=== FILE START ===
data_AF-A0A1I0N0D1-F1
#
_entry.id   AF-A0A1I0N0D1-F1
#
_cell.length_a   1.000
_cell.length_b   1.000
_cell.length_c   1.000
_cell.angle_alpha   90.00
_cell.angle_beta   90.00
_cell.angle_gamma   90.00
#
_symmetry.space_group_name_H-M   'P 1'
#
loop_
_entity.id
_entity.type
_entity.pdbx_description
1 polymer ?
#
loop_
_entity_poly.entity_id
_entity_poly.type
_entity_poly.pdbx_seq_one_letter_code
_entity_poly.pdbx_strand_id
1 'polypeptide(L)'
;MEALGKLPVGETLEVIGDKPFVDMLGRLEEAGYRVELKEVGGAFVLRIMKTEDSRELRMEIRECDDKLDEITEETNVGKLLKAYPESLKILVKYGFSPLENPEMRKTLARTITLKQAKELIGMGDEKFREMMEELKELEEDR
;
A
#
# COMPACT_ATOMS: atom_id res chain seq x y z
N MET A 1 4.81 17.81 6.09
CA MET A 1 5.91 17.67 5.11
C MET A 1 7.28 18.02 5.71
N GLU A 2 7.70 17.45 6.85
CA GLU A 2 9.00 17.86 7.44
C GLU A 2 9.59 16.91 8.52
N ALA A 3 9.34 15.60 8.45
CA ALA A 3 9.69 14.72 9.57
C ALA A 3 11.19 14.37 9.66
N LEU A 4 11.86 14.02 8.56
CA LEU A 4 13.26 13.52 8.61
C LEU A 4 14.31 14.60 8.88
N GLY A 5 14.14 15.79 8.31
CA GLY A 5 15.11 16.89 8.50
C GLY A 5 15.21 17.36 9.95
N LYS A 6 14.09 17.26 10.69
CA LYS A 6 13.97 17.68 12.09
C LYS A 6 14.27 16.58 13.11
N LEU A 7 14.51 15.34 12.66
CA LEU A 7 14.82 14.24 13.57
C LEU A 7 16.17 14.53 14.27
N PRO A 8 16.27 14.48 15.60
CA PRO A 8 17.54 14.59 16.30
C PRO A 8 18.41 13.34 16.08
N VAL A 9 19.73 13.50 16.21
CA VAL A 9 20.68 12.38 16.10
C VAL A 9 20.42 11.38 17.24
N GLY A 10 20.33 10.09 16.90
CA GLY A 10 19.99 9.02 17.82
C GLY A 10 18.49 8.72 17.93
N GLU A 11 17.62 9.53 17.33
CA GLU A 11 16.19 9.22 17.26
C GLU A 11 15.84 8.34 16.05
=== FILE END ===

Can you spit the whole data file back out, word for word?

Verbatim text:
data_AF-A0A1I0N0D1-F1
#
_entry.id   AF-A0A1I0N0D1-F1
#
_cell.length_a   1.000
_cell.length_b   1.000
_cell.length_c   1.000
_cell.angle_alpha   90.00
_cell.angle_beta   90.00
_cell.angle_gamma   90.00
#
_symmetry.space_group_name_H-M   'P 1'
#
loop_
_entity.id
_entity.type
_entity.pdbx_description
1 polymer ?
#
loop_
_entity_poly.entity_id
_entity_poly.type
_entity_poly.pdbx_seq_one_letter_code
_entity_poly.pdbx_strand_id
1 'polypeptide(L)'
;MEALGKLPVGETLEVIGDKPFVDMLGRLEEAGYRVELKEVGGAFVLRIMKTEDSRELRMEIRECDDKLDEITEETNVGKLLKAYPESLKILVKYGFSPLENPEMRKTLARTITLKQAKELIGMGDEKFREMMEELKELEEDR
;
A
#
# COMPACT_ATOMS: atom_id res chain seq x y z
N MET A 1 4.81 17.81 6.09
CA MET A 1 5.91 17.67 5.11
C MET A 1 7.28 18.02 5.71
N GLU A 2 7.70 17.45 6.85
CA GLU A 2 9.00 17.86 7.44
C GLU A 2 9.59 16.91 8.52
N ALA A 3 9.34 15.60 8.45
CA ALA A 3 9.69 14.72 9.57
C ALA A 3 11.19 14.37 9.66
N LEU A 4 11.86 14.02 8.56
CA LEU A 4 13.26 13.52 8.61
C LEU A 4 14.31 14.60 8.88
N GLY A 5 14.14 15.79 8.31
CA GLY A 5 15.11 16.89 8.50
C GLY A 5 15.21 17.36 9.95
N LYS A 6 14.09 17.26 10.69
CA LYS A 6 13.97 17.68 12.09
C LYS A 6 14.27 16.58 13.11
N LEU A 7 14.51 15.34 12.66
CA LEU A 7 14.82 14.24 13.57
C LEU A 7 16.17 14.53 14.27
N PRO A 8 16.27 14.48 15.60
CA PRO A 8 17.54 14.59 16.30
C PRO A 8 18.41 13.34 16.08
N VAL A 9 19.73 13.50 16.21
CA VAL A 9 20.68 12.38 16.10
C VAL A 9 20.42 11.38 17.24
N GLY A 10 20.33 10.09 16.90
CA GLY A 10 19.99 9.02 17.82
C GLY A 10 18.49 8.72 17.93
N GLU A 11 17.62 9.53 17.33
CA GLU A 11 16.19 9.22 17.26
C GLU A 11 15.84 8.34 16.05